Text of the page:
Myspace was freshly invented and the title of social media manager was still so far from business proliferation, that the artists you reached out to on the platform often contacted you back directly. I was able to comm with acts, and based on the huge readership numbers of my (free-for-me) Myspace blog, they more often than not let me hang out with them when they came through the Atlanta area. Producer/performer Cisco Adler and his set out in Malibu became our online friends, and I got to interview them at various nightclubs and art shows. Nomadic sludge core power duo Jucifer, formerly Athens residents, put me on their guest list to write about them on the site, and it snowballed from there.
There and elsewhere, I put in the 10,000 hours it takes to become able at something, often writing about my love of college football, while also scribbling thousands of poems and mainly plugging away on my debut narrative book Golden State Misadventures, of my travels of California, at Mom’s and in two nearby homes where I lived. That book goes third edition on Silver Stone Press August 24th.
Further and The Elephant 6 Ramble:
Twenty-five-plus years ago when I first moved from Marietta (the new home of the Braves) to Athens, Georgia, in 1990, one of my first UGA friends in the group I knew from school was Andrew Rieger, later the front of Elf Power. A member band of the old Athens-based music label The Elephant 6, like other so-called Elephant 6 acts, Elf Power are melodic yet quite trippy. Real staying power there, evidenced by a long run of moderate successes and propelled forth by the enigmatic engine of Rieger’s soul. The music moves easily into matters of adult life, while still taking a listening audience on a wild ride through the energies more closely associated with youth.
The single best track from the whole history of the Elephant 6 label is from sometime Athens residents and of Ruston, Louisiana (where I once visited Louisiana Tech on a football recruiting trip), a band called Neutral Milk Hotel. In the Aeroplane Over the Sea is simply a warbling circus of a masterpiece, title track to an album of same name.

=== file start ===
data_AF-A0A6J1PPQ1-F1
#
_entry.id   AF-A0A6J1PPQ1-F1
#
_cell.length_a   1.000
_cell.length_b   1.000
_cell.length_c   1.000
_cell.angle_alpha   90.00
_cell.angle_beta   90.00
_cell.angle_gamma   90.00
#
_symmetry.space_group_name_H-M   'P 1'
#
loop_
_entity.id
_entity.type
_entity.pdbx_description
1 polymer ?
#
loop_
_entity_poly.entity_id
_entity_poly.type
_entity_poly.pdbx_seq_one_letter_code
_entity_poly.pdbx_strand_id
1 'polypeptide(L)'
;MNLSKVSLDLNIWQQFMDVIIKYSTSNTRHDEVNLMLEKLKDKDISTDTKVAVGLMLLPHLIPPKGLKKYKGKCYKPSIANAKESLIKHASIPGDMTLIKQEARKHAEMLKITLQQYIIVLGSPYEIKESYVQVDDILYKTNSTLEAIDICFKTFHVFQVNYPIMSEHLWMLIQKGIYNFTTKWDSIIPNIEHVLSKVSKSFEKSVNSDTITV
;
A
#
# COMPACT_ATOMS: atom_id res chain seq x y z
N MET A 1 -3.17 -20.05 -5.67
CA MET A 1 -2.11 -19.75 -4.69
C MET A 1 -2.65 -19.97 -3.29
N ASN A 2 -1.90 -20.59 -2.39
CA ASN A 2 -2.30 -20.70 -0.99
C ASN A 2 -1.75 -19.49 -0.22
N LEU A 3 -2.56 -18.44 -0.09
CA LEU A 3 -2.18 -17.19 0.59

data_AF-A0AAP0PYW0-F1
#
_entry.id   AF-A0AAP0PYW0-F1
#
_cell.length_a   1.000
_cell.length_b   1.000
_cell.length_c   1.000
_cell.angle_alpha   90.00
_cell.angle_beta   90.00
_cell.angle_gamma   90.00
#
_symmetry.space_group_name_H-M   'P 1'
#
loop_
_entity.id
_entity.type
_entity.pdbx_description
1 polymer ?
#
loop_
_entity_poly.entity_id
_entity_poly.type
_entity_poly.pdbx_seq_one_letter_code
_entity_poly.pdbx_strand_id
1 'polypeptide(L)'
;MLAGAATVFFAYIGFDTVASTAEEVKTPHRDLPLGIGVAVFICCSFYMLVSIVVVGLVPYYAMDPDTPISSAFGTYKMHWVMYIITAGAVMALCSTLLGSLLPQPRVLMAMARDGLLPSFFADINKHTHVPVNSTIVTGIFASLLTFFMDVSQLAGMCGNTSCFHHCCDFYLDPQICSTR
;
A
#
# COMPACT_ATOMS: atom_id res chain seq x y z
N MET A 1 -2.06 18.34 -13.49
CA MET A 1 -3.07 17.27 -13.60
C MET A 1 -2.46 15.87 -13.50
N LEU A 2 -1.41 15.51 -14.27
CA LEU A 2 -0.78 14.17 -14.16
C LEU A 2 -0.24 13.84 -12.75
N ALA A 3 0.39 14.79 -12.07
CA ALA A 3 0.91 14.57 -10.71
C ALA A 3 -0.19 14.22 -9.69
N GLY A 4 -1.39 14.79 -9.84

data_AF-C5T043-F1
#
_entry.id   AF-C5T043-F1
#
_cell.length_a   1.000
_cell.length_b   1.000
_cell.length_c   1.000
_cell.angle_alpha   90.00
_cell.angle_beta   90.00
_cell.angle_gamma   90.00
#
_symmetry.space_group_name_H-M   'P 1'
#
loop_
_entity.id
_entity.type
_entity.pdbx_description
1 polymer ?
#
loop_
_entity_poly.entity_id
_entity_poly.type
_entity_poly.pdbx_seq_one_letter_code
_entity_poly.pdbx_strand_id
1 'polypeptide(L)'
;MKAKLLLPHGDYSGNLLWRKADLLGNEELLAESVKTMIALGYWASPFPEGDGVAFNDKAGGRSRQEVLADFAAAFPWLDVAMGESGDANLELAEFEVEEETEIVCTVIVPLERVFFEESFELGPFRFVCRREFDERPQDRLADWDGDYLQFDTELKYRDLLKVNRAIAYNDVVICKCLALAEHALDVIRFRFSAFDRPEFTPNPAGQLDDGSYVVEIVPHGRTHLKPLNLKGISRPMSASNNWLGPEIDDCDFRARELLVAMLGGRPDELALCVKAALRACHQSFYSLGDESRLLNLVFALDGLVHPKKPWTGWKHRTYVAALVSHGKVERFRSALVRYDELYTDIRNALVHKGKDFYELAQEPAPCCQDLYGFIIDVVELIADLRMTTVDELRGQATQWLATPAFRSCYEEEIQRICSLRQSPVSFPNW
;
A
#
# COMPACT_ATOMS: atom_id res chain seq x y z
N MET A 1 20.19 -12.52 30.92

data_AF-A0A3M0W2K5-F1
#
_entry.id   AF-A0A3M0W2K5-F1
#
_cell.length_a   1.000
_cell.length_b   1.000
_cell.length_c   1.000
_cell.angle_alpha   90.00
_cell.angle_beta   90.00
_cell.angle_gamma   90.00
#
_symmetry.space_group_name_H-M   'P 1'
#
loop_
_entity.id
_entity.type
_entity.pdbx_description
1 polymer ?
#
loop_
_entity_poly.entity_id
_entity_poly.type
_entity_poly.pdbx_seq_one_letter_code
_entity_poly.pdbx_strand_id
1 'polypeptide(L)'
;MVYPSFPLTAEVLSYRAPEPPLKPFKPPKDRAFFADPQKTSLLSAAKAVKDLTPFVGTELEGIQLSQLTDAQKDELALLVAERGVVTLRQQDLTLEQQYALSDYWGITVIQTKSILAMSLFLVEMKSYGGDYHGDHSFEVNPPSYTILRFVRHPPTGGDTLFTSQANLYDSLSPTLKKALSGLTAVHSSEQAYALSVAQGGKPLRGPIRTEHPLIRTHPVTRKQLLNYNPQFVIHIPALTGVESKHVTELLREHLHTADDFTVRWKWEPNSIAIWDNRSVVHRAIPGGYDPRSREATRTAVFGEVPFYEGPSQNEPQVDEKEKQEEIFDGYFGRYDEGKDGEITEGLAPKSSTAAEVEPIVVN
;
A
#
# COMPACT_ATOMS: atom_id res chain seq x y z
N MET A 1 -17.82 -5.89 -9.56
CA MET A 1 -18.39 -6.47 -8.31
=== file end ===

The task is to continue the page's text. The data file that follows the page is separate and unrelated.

I like to sample a nice taste of the best of the Elephant 6 acts on YouTube, and you should definitely try to catch Elf Power live out on the road. Or my current fav Athens band still, of Montreal, considered a later wave of the Elephant 6 movement, which I’d first heard, at all, on Andrea’s little record player at the Marietta party house we called Kinjac, the summer before Athens. Olivia Tremor Control spinning out their layered warped sounds, I initially wondered if the record itself weren’t damaged. Was I on something?
Not talking about hippie jam bands, here folks, though I’m sure they would love to play another set for you while you burn big or your blossoms bloom. My friend Gordon Lamb has a new book out called Widespread Panic in the Streets of Athens, Georgia where you can read all about the biggest of them, save the Grateful Dead, whom I saw three times at the Omni and were definitely a deeply cultural trip. Widespread shows were increasingly bigger rock shows during the years I saw them play in Athens (most of the 1990s), and their musicianship was surely strong, they go long but had none of this artschool-quality vibrance I ultimately enjoy so much more.
Living in The ATL, the current undeniable world capital of hip-hop, some of it good to great and some of it just bad, and the home of Mastodon, the biggest heavy metal band in the world; my friend Brent Hinds is in the group. I can get into both, but for kaleidoscope fun I look to more modern and danceable out of region touring national acts like the catchy MGMT and out to the east, of the largest state east of the Mississippi River, that is, back to little Athens.
Groovin’ in ol’ Georgia.